Every business, regardless of industry, location, or size, depends on communication to create a fantastic customer experience. You can’t build relationships, get feedback, understand customers, or share information without being a great communicator. But there’s a difference between communication that is brand-focused and communication that is customer-focused.
Online marketing expert and author Amy Porterfield helps entrepreneurs and companies of all sizes create clear, customer-focused communication. No matter if you’re getting a business off the ground or working with a beloved brand, communicating clearly is crucial.
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Here are three tips from Amy for customer-focused communication:
- Listen more than you talk. Amy firmly believes that customers will tell you their challenges, pain points, and exactly what they want and need. You just have to listen. But too often, brands get caught up in sharing their message that they don’t take time to listen and understand their customers. Amy says when customers know you understand and hear them, they pay more attention, and it creates more tailored messages, stronger relationships, and more effective customer communication.
Ask yourself if the customer cares. It may sound trite, but does the customer actually care what you have to say? A common communications pitfall is moving too fast with too many messages and products. But when you stop for air, consider whether the customer cares about your actions and the messages you’re sharing. A lot of the time, brands dig too deep when that’s not what the customer needs or wants. You may be passionate about your product or message, but consider what the customer needs to know to have a great experience—it’s probably less than what you want to share.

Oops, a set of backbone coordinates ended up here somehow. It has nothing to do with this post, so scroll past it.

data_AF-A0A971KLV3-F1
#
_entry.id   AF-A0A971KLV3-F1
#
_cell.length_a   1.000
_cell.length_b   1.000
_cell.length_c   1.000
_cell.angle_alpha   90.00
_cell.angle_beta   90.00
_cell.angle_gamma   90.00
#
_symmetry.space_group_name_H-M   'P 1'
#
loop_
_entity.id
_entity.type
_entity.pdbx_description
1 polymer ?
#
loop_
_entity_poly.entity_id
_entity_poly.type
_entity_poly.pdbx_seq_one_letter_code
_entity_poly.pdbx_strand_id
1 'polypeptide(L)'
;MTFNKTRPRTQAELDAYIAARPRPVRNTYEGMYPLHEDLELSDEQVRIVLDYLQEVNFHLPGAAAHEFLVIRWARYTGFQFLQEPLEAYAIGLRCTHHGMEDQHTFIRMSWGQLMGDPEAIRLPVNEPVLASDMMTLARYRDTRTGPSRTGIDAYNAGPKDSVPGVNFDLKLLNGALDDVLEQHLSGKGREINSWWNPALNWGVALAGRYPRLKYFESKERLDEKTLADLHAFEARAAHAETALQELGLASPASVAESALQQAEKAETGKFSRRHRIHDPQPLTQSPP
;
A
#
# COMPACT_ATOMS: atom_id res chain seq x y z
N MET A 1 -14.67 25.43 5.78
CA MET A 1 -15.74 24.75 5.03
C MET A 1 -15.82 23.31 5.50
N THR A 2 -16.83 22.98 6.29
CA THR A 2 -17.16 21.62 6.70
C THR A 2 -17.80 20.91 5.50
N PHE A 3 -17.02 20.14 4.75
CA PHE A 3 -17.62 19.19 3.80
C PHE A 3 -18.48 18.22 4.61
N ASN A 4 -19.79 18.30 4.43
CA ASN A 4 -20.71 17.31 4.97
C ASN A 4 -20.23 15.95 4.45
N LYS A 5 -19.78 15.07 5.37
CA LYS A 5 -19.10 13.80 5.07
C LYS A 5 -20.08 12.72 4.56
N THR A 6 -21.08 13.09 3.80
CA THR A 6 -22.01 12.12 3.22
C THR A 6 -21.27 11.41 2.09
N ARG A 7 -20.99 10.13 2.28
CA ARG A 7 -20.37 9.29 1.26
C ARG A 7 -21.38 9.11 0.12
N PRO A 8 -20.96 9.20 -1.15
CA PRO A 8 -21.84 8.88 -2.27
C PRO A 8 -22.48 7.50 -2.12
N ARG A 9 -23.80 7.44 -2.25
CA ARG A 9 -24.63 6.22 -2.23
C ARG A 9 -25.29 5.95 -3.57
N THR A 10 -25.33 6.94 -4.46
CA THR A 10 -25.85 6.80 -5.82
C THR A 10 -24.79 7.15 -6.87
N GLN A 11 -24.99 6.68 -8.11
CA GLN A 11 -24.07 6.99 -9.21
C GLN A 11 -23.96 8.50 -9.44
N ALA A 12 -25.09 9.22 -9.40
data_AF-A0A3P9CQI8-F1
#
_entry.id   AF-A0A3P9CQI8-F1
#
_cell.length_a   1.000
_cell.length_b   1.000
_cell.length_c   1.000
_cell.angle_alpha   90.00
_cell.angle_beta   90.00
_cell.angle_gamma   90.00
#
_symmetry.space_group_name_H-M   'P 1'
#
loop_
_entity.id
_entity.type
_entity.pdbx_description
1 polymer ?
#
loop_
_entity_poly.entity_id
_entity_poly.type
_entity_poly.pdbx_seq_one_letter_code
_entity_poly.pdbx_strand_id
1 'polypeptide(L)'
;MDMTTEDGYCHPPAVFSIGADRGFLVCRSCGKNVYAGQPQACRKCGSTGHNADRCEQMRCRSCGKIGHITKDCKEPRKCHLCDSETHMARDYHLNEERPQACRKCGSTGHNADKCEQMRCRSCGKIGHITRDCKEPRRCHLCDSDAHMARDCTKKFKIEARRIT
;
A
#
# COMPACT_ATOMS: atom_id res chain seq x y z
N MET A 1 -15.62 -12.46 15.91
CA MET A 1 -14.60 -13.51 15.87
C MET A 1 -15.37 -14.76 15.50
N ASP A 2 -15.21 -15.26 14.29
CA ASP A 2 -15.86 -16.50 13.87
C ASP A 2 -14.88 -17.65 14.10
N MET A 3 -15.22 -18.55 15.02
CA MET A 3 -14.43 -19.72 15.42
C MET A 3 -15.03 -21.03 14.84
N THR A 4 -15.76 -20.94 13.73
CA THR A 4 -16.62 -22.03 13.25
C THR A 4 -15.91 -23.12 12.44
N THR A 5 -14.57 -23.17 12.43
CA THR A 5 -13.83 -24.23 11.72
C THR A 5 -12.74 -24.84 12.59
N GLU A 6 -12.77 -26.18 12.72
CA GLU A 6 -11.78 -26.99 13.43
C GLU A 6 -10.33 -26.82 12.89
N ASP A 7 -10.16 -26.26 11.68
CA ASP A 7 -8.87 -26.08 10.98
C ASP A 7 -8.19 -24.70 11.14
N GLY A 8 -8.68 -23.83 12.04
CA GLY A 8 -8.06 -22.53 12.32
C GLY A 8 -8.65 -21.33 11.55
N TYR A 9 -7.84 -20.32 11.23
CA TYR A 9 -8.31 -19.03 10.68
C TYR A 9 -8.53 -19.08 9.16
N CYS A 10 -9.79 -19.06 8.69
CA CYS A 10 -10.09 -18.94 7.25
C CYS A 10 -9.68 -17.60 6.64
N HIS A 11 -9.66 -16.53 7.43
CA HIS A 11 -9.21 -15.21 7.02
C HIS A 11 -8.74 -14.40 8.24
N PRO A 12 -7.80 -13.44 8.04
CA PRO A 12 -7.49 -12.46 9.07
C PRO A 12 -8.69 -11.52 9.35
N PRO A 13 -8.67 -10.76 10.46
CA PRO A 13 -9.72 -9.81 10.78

- Share from scabs, not wounds. Today’s customers crave authentic communication that shows vulnerability behind the brand. Amy says it’s important for brands and entrepreneurs to share from past experiences, not necessarily things as they are going through them. Wounds are fresh and still healing. But if you share from scabs after challenges or issues have settled, you have lessons to share and can add value. It’s the difference between over-sharing in the moment and distracting from your brand and waiting to share valuable insights after the fact. Both strategies show vulnerability, but sharing from wounds also adds credibility.
Above all else, Amy says to focus on providing value for customers. As you create content and messages, listen to what customers want and need and adjust your communication to always be valuable.
Communication is central to building strong relationships, and customer-focused communication makes all the difference.
Blake Morgan is a customer experience futurist and the bestselling author of The Customer of the Future. For regular updates on customer experience, sign up for her weekly newsletter here.